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Spring  2001

Getting TECHnical

The New Materials Explosion

by carl wagus


Historically, nationally-recognized American Architectural Manufacturers Association (AAMA) standards and specifications have played an important role in establishing a baseline of performance for new materials and providing a system of quality assurance for buyers, specifiers and fabricators as well as a reference point for national code organizations and local code officials. A high point of this effort was the landmark, material-neutral ANSI/AAMA/NWWDA 101/I.S. 2-97 standard encompassing aluminum, vinyl and wood products. AAMA foresaw that we would be challenged to continue to help bring a wide variety of new, advanced substrate profile materials and products to the marketplace by developing the specifications and test methods necessary to allow them to be evaluated on a level playing field.

The only thing we misjudged was how fast these advances would actually come on the scene. The pace of change has been truly stunning. Not only has materials technology made giant leaps, but the face of the industry itself is also changing. The supply of wood is becoming tighter and more expensive. Fabricators are consolidating and the European influence on (and in some cases ownership of) U.S. vinyl extruders has expedited the introduction of new technologies to the market. Additionally, the new materials are being applied to more than just windows and doors, thus enabling the development of new products.

Newer AAMA Specifications
Today, we find that several of the new materials we were anticipating for the future are on the market now. Evidence of their arrival is found in several new AAMA specifications released since April of 1998. These include:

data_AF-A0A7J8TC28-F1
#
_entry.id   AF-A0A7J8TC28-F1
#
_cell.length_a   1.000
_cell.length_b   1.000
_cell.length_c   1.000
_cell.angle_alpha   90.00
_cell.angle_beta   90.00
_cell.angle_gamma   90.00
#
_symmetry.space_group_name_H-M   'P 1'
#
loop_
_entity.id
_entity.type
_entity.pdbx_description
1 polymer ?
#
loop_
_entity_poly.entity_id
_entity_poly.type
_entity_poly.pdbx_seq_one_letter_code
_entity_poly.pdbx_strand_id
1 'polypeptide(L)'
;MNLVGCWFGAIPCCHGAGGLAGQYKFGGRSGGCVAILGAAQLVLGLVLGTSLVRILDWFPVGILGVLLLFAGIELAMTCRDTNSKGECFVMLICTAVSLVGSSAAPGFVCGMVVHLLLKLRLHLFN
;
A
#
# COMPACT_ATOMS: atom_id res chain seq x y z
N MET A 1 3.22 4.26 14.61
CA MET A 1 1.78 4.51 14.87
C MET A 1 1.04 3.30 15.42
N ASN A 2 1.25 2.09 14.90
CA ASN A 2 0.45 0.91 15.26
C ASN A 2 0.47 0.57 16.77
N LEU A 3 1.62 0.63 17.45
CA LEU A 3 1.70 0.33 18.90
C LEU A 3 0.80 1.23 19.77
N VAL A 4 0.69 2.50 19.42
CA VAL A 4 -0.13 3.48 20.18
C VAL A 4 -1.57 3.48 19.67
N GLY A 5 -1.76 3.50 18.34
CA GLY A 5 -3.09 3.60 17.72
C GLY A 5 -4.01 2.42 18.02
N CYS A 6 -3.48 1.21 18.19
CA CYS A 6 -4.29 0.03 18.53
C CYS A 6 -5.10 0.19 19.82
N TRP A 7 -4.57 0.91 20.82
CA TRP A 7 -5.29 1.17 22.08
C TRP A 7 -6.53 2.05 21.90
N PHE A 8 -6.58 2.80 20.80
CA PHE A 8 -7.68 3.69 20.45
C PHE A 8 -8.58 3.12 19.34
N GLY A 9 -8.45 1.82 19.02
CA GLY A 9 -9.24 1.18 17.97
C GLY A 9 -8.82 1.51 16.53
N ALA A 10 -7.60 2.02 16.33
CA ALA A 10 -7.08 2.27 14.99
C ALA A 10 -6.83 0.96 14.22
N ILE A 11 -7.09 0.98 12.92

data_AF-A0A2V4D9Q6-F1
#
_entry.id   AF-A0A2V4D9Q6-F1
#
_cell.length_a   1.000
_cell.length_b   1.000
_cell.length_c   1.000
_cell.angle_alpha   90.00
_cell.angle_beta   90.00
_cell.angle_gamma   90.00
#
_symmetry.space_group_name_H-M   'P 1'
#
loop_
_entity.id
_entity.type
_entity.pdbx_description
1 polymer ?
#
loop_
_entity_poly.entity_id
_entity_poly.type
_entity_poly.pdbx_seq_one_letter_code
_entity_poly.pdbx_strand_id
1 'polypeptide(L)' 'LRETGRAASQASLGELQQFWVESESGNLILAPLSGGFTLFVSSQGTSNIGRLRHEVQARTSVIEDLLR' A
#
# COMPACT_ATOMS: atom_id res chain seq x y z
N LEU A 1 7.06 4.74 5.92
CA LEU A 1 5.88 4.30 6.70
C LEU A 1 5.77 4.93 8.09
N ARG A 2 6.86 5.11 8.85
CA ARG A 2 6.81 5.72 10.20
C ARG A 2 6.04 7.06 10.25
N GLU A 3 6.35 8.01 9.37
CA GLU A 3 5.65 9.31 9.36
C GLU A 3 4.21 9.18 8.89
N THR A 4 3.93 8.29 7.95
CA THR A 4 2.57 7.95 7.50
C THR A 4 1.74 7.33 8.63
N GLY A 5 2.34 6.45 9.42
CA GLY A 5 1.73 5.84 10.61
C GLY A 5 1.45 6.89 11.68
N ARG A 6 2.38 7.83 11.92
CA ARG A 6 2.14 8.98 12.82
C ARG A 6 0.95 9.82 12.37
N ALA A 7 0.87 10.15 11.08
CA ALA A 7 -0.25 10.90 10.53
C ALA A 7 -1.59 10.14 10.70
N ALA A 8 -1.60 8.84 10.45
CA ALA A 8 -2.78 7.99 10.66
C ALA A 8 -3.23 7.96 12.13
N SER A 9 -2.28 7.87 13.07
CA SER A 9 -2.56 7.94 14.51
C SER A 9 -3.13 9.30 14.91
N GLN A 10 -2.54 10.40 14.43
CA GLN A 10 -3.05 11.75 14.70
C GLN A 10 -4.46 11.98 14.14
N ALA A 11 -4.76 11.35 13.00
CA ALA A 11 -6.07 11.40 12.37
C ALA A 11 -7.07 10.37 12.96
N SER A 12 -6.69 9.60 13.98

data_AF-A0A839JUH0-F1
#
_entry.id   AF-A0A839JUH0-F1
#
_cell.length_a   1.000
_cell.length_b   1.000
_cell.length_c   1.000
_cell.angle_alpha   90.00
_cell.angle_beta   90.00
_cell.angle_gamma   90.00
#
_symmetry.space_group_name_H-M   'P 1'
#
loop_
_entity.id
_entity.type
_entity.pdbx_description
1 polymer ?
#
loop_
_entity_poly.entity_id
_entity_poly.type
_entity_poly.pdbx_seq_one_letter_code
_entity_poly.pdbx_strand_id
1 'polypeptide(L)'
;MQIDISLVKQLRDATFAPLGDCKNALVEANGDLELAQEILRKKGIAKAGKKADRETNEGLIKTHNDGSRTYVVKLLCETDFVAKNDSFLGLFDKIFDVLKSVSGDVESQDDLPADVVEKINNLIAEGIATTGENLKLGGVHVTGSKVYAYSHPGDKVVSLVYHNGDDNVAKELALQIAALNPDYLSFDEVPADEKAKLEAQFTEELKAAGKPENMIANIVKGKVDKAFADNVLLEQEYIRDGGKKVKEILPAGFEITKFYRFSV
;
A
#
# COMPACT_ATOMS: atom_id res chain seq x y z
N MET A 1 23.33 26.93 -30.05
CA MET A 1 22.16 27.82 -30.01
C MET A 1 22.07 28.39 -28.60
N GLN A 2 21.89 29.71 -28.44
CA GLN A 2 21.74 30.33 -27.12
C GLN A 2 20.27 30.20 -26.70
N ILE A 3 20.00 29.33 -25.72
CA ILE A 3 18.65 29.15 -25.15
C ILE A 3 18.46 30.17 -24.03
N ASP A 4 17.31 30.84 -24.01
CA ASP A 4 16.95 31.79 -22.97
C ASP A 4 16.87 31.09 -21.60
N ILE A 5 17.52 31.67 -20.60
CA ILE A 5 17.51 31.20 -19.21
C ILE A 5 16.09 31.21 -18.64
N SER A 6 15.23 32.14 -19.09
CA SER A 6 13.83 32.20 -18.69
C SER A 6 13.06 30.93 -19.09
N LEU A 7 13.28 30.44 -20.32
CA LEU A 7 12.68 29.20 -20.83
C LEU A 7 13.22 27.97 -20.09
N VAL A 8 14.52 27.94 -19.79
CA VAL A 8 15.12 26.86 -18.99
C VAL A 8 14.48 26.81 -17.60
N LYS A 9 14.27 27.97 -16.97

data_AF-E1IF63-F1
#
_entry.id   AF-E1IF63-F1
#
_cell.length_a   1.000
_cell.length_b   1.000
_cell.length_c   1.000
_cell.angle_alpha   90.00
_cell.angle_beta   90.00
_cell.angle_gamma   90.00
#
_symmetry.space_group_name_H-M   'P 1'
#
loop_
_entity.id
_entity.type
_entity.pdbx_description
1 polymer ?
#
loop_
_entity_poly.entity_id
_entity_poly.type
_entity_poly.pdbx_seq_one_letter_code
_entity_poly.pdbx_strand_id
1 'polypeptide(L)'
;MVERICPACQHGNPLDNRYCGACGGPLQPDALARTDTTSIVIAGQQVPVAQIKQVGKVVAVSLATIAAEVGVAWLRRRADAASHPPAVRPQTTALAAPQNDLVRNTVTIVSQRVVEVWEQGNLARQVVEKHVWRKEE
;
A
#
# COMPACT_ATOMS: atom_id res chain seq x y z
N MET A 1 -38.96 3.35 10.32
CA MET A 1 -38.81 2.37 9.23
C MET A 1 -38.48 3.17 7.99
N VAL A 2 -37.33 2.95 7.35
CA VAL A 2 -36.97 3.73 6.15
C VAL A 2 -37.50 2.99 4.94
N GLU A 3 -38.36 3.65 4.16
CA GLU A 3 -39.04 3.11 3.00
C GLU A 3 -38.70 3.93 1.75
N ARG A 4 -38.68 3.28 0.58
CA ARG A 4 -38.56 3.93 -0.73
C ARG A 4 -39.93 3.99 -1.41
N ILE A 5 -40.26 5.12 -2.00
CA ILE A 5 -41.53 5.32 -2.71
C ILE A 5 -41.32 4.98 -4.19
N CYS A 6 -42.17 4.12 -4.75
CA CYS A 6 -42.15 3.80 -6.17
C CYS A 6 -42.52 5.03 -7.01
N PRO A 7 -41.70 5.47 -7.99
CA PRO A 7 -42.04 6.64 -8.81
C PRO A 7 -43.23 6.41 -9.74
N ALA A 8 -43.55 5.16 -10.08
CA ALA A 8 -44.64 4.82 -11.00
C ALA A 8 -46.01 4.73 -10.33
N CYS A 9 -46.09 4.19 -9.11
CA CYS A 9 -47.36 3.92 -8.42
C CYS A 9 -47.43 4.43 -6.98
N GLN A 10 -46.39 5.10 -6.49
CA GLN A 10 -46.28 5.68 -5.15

Organic Coatings on Plastic Substrates (AAMA 613-98 and AAMA 615-00). These documents dramatically expand color selection and tests for bond strength, resistance to abrasion, humidity, detergents (cleaners) and mortar. These coatings will allow fabricators and buyers to match changing color palettes and expand into the light commercial market segments that depend on frequent distinctive color changes.

Reinforced Thermoplastic Profiles (AAMA 310-99). These provide more strength than unreinforced PVC and a lower coefficient of expansion along with higher heat resistance.
Fiberglass Reinforced Thermoset Profiles (305-2000). This material offers higher strength and a coefficient of expansion more compatible with the glazing.

ABS Capped Profiles (AAMA 304-98). The ABS system (Acrylonitrile-Butadiene-Styrene[ABS] capped with an Acrylonitrile-Styrene-Acrylic [ASA] or ASA/PVC blend) delivers higher heat resistance for challenging climates and provides more color options.

Impending Standards
Additional standards are nearing completion for release later this year. These include:
Cellulosic Composites. Introduction of this standard will expand wood-polymer material beyond window and door profiles to other building products, such as decking.

Cellular PVC Window Profiles. These profiles offer the same low maintenance features as vinyl, but with the appearance and feel of wood. Cellular or foamed PVC also boasts better energy performance and greater rigidity. 

Laminated Coatings on PVC Profiles. Simulated woodgrain veneers provide homeowners with the look of wood on the interior and the low maintenance of vinyl on the exterior. The laminated material standard will ensure a durable bond, color hold and compatibility of the adhesive with the substrate. Look for foil laminates in the future.

Decking/Walking Surfaces and Guardrails. The new, low-maintenance decking surfaces are made from vinyl, polyethylene and other polymer composites.

Each of these profile materials offers special advantages for dealing with the performance challenges posed by climate, building design or consumer preferenceó and all have unique performance boundaries. Only through uniform, performance-based standards can these advantages and limitations be evaluated for each application. 

AAMA welcomes the challenge of continuing to offer an ever-larger and increasingly effective forum for bringing these materials successfully to market.

Carl Wagus serves as technical director of AAMA.


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